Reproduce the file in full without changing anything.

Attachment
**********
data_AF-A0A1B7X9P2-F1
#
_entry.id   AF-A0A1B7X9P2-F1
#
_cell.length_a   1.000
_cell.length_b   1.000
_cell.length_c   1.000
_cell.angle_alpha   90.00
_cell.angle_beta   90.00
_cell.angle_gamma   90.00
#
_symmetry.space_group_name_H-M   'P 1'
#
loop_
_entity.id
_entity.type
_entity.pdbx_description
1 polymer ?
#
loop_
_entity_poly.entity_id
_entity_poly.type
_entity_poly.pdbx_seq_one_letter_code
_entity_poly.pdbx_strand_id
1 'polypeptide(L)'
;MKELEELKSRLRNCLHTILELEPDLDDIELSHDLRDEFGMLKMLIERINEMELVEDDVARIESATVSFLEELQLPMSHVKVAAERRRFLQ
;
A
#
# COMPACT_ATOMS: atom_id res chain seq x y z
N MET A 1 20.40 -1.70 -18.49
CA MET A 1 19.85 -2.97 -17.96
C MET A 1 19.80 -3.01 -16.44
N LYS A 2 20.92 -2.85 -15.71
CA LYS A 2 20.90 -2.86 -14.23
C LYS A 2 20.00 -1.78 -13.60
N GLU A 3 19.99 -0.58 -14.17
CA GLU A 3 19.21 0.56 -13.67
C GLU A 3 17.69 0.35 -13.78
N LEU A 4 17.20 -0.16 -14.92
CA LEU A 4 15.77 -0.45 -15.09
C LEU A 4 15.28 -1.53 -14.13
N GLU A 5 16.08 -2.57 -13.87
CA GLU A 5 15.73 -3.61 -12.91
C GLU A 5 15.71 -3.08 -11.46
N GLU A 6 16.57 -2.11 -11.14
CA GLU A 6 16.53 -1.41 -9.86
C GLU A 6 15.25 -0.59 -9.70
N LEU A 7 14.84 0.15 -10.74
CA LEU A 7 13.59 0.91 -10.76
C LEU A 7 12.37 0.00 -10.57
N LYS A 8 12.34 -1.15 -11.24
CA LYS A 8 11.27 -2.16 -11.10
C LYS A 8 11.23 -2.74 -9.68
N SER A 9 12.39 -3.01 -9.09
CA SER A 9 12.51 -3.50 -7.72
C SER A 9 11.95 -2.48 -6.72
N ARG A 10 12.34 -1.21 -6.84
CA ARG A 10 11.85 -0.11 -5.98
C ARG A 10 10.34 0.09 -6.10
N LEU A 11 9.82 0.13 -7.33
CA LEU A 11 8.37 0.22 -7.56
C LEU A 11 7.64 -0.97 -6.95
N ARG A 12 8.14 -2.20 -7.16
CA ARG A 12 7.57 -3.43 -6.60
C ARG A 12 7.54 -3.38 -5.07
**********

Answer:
data_AF-A0A1B7X9P2-F1
#
_entry.id   AF-A0A1B7X9P2-F1
#
_cell.length_a   1.000
_cell.length_b   1.000
_cell.length_c   1.000
_cell.angle_alpha   90.00
_cell.angle_beta   90.00
_cell.angle_gamma   90.00
#
_symmetry.space_group_name_H-M   'P 1'
#
loop_
_entity.id
_entity.type
_entity.pdbx_description
1 polymer ?
#
loop_
_entity_poly.entity_id
_entity_poly.type
_entity_poly.pdbx_seq_one_letter_code
_entity_poly.pdbx_strand_id
1 'polypeptide(L)'
;MKELEELKSRLRNCLHTILELEPDLDDIELSHDLRDEFGMLKMLIERINEMELVEDDVARIESATVSFLEELQLPMSHVKVAAERRRFLQ
;
A
#
# COMPACT_ATOMS: atom_id res chain seq x y z
N MET A 1 20.40 -1.70 -18.49
CA MET A 1 19.85 -2.97 -17.96
C MET A 1 19.80 -3.01 -16.44
N LYS A 2 20.92 -2.85 -15.71
CA LYS A 2 20.90 -2.86 -14.23
C LYS A 2 20.00 -1.78 -13.60
N GLU A 3 19.99 -0.58 -14.17
CA GLU A 3 19.21 0.56 -13.67
C GLU A 3 17.69 0.35 -13.78
N LEU A 4 17.20 -0.16 -14.92
CA LEU A 4 15.77 -0.45 -15.09
C LEU A 4 15.28 -1.53 -14.13
N GLU A 5 16.08 -2.57 -13.87
CA GLU A 5 15.73 -3.61 -12.91
C GLU A 5 15.71 -3.08 -11.46
N GLU A 6 16.57 -2.11 -11.14
CA GLU A 6 16.53 -1.41 -9.86
C GLU A 6 15.25 -0.59 -9.70
N LEU A 7 14.84 0.15 -10.74
CA LEU A 7 13.59 0.91 -10.76
C LEU A 7 12.37 0.00 -10.57
N LYS A 8 12.34 -1.15 -11.24
CA LYS A 8 11.27 -2.16 -11.10
C LYS A 8 11.23 -2.74 -9.68
N SER A 9 12.39 -3.01 -9.09
CA SER A 9 12.51 -3.50 -7.72
C SER A 9 11.95 -2.48 -6.72
N ARG A 10 12.34 -1.21 -6.84
CA ARG A 10 11.85 -0.11 -5.98
C ARG A 10 10.34 0.09 -6.10
N LEU A 11 9.82 0.13 -7.33
CA LEU A 11 8.37 0.22 -7.56
C LEU A 11 7.64 -0.97 -6.95
N ARG A 12 8.14 -2.20 -7.16
CA ARG A 12 7.57 -3.43 -6.60
C ARG A 12 7.54 -3.38 -5.07